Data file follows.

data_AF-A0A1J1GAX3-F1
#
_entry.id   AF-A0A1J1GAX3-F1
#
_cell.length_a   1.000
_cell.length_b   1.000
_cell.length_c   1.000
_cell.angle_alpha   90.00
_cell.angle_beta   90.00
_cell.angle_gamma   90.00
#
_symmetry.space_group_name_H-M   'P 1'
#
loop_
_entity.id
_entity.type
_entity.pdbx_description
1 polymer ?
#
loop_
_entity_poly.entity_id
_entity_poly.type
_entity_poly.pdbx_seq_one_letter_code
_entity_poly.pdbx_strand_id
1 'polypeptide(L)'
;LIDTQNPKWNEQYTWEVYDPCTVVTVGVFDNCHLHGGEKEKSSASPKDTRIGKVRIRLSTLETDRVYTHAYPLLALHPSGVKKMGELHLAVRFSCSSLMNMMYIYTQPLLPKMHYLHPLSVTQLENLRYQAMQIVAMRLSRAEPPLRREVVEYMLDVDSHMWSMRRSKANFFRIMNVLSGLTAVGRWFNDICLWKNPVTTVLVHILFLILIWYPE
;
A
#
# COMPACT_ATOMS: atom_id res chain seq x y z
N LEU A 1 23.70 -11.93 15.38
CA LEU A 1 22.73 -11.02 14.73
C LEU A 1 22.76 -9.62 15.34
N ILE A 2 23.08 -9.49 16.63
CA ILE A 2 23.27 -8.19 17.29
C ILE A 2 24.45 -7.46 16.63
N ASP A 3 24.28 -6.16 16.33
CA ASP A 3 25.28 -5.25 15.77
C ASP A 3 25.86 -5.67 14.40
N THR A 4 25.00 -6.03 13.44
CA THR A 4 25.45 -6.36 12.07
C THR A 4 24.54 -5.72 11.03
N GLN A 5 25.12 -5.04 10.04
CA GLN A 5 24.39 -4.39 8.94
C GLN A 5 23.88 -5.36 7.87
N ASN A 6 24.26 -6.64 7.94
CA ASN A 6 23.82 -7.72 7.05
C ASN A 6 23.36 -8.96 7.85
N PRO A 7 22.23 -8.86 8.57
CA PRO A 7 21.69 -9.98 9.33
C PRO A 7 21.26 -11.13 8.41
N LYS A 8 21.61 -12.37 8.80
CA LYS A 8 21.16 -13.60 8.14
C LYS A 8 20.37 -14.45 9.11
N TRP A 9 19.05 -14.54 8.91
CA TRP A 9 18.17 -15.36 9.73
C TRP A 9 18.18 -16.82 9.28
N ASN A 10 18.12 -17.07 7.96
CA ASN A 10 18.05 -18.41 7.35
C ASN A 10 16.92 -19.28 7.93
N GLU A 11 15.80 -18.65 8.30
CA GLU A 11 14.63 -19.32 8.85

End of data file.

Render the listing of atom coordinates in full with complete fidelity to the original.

data_AF-A0A1J1GAX3-F1
#
_entry.id   AF-A0A1J1GAX3-F1
#
_cell.length_a   1.000
_cell.length_b   1.000
_cell.length_c   1.000
_cell.angle_alpha   90.00
_cell.angle_beta   90.00
_cell.angle_gamma   90.00
#
_symmetry.space_group_name_H-M   'P 1'
#
loop_
_entity.id
_entity.type
_entity.pdbx_description
1 polymer ?
#
loop_
_entity_poly.entity_id
_entity_poly.type
_entity_poly.pdbx_seq_one_letter_code
_entity_poly.pdbx_strand_id
1 'polypeptide(L)'
;LIDTQNPKWNEQYTWEVYDPCTVVTVGVFDNCHLHGGEKEKSSASPKDTRIGKVRIRLSTLETDRVYTHAYPLLALHPSGVKKMGELHLAVRFSCSSLMNMMYIYTQPLLPKMHYLHPLSVTQLENLRYQAMQIVAMRLSRAEPPLRREVVEYMLDVDSHMWSMRRSKANFFRIMNVLSGLTAVGRWFNDICLWKNPVTTVLVHILFLILIWYPE
;
A
#
# COMPACT_ATOMS: atom_id res chain seq x y z
N LEU A 1 23.70 -11.93 15.38
CA LEU A 1 22.73 -11.02 14.73
C LEU A 1 22.76 -9.62 15.34
N ILE A 2 23.08 -9.49 16.63
CA ILE A 2 23.27 -8.19 17.29
C ILE A 2 24.45 -7.46 16.63
N ASP A 3 24.28 -6.16 16.33
CA ASP A 3 25.28 -5.25 15.77
C ASP A 3 25.86 -5.67 14.40
N THR A 4 25.00 -6.03 13.44
CA THR A 4 25.45 -6.36 12.07
C THR A 4 24.54 -5.72 11.03
N GLN A 5 25.12 -5.04 10.04
CA GLN A 5 24.39 -4.39 8.94
C GLN A 5 23.88 -5.36 7.87
N ASN A 6 24.26 -6.64 7.94
CA ASN A 6 23.82 -7.72 7.05
C ASN A 6 23.36 -8.96 7.85
N PRO A 7 22.23 -8.86 8.57
CA PRO A 7 21.69 -9.98 9.33
C PRO A 7 21.26 -11.13 8.41
N LYS A 8 21.61 -12.37 8.80
CA LYS A 8 21.16 -13.60 8.14
C LYS A 8 20.37 -14.45 9.11
N TRP A 9 19.05 -14.54 8.91
CA TRP A 9 18.17 -15.36 9.73
C TRP A 9 18.18 -16.82 9.28
N ASN A 10 18.12 -17.07 7.96
CA ASN A 10 18.05 -18.41 7.35
C ASN A 10 16.92 -19.28 7.93
N GLU A 11 15.80 -18.65 8.30
CA GLU A 11 14.63 -19.32 8.85